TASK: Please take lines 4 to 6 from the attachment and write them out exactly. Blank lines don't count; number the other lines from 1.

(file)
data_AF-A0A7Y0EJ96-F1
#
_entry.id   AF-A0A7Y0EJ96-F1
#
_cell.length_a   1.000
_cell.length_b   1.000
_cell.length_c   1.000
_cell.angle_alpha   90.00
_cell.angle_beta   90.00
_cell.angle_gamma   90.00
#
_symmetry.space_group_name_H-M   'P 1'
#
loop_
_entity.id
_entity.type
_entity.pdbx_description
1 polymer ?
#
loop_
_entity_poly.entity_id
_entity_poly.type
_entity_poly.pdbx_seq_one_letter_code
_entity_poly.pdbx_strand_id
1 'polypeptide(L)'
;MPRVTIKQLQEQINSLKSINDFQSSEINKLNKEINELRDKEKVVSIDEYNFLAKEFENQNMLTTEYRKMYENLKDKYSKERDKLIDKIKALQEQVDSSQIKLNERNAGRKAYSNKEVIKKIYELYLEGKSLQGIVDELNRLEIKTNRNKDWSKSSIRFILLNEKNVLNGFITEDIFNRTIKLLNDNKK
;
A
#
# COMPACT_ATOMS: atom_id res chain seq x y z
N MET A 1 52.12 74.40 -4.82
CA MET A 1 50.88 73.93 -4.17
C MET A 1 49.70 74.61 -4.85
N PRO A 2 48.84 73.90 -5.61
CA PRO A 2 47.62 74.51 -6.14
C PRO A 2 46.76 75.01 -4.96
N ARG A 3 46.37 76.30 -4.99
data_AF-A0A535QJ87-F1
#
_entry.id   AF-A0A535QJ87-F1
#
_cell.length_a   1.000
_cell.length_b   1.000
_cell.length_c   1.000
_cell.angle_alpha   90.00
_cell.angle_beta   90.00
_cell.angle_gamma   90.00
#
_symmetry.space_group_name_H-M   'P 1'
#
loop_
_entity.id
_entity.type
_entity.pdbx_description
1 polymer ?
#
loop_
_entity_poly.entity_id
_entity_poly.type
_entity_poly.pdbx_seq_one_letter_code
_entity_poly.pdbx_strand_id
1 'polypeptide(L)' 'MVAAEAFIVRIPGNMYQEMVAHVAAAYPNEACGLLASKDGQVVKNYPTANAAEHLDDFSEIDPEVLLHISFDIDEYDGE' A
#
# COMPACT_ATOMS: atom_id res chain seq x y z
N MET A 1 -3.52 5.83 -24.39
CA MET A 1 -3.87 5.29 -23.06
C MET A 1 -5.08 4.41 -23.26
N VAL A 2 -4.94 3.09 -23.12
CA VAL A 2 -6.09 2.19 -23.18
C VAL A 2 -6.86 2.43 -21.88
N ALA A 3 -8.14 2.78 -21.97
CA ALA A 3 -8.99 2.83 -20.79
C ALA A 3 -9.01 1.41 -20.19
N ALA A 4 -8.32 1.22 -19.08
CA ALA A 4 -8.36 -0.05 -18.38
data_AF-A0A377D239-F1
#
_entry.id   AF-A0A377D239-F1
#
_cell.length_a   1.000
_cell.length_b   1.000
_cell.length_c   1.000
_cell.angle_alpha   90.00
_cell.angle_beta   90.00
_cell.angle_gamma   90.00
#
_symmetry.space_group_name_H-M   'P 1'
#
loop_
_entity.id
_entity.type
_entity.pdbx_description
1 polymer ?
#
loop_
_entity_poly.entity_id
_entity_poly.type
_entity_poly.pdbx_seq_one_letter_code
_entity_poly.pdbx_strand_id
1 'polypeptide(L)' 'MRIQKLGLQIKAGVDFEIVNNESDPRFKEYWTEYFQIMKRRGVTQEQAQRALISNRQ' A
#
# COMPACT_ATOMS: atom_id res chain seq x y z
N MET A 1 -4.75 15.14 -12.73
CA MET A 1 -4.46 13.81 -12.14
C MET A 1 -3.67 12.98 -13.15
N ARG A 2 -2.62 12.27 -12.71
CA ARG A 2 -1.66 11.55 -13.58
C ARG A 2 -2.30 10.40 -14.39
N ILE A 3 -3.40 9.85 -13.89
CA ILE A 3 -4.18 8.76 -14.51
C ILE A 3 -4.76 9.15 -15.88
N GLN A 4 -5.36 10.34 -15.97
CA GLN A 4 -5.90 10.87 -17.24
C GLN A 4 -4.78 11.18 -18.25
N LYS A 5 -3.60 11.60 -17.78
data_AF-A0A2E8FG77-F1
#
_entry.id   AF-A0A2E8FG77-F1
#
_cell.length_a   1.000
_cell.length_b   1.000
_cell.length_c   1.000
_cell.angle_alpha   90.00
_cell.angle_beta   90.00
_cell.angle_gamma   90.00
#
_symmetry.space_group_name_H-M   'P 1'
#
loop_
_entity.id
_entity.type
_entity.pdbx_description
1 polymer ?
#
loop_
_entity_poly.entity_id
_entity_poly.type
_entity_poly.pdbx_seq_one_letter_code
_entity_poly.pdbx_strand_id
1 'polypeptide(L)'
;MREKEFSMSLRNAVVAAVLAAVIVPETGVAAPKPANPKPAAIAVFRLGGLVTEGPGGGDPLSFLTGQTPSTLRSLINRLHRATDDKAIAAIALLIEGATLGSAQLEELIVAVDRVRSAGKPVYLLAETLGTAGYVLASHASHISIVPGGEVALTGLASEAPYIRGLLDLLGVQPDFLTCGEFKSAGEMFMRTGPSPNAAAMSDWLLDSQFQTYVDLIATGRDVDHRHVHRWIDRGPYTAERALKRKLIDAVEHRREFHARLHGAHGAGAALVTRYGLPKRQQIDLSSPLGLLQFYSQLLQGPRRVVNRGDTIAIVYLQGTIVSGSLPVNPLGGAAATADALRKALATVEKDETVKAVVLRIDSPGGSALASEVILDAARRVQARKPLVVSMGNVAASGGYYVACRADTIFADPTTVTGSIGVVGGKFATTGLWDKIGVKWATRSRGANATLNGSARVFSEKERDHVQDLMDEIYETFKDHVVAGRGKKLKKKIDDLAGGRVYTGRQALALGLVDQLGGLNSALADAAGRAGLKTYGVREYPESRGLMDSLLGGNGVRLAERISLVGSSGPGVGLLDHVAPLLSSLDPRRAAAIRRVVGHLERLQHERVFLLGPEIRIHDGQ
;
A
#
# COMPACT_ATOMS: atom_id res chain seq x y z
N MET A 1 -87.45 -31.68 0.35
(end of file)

#
_cell.length_a   1.000
_cell.length_b   1.000